Help your child sleep through the night while promoting her attachment to you.
Essential baby care and bonding tips to help your newly adopted child — and yourself — connect and thrive.
We're about to adopt a toddler. How can we ease his adjustment during our first weeks as a family?
Why can't my new child sleep?
AF looks at a hands-on parenting style that's natural for our families.
Parents and experts talk about co-sleeping with an adopted child or infant.
When we, as new parents or parents-to-be, think about our children sleeping, we all dream of a happy, peaceful child sleeping soundly while we’re in the other room getting a full night’s rest ourselves. This is rarely the reality, however—at least at the beginning of parenthood. How do we make that dream a reality?
After the staggering life changes adoption can entail, sleep may not come easy to your child.
After two bumpy years, we finally got my daughter, now five, to sleep through the night. But she’s recently had a slew of sleep problems: night wakings, anxiety at bedtime, and so on. Is this because of adoption? What can we do? We are exhausted!
My daughter brings stuff up at bedtime. Most five-year-olds do; they don’t want to be left alone to sleep. She likes when I tell her stories in the dark and rub her back. Who wouldn’t like all that? Aside: bedtime can—if I let it—take forever.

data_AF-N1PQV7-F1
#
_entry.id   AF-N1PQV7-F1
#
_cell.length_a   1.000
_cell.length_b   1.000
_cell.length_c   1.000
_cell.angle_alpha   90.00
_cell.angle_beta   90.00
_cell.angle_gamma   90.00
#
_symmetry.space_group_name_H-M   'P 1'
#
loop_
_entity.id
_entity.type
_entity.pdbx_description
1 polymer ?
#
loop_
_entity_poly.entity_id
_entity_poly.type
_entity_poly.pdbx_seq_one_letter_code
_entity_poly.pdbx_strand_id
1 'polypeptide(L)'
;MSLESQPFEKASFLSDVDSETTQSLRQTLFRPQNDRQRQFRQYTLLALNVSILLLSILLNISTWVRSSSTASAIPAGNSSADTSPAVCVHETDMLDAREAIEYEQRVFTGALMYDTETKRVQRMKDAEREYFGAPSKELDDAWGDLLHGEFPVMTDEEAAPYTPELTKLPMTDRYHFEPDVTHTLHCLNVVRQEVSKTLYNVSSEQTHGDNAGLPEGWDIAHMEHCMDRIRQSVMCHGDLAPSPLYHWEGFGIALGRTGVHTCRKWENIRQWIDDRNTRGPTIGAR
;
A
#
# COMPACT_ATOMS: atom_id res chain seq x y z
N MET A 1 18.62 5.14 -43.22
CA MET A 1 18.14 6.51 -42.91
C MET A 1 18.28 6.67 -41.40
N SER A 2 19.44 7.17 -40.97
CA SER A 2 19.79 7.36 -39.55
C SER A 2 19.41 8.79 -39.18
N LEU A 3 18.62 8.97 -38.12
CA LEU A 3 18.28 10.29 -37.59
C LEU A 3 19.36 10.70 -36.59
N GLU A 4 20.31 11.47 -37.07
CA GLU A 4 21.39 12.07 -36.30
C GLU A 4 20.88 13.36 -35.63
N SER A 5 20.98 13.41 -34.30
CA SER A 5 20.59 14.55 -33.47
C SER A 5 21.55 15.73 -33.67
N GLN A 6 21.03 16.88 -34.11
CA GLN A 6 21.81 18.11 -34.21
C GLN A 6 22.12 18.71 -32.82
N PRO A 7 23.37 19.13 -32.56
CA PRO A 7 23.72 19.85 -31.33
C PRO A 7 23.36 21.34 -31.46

View the replay of a webinar with Nicole Mayer, RMA, RN, BSN to learn about baby care basics and hear answers to commonly asked questions from new parents.
If you're the parent of an infant, you know the drill: up and down all night, going back and forth to your child's room to feed and soothe her. It's no surprise that many exhausted moms and dads want to learn about co-sleeping. And domestic newborn adopters wonder whether a family bed will promote bonding with their new baby.
If you thought you'd seen the end of bedtime battles, your preschooler may show you a thing or two!
Answers to your parenting questions.
View the replay of a webinar with adoption medicine specialist Sarah Springer, M.D., FAAP, to learn why sleep problems are common in children after adoption, and get her advice and solutions.
As my daughter discovers the brave new world of sleepovers, she and I are both missing out on some shut-eye.
Last month we asked: Have you discovered ways to make bedtime easier or to help your child sleep through the night?
The safety and predictability of a regular evening routine can end go-to-sleep struggles with your preschooler.
Our newly adopted child has problems sleeping. Some nights, she will resist being put to bed, and will wake up several times through the night. How can we help her get a good night's sleep?
When monsters threaten, you can be your child's safe bridge back to reality.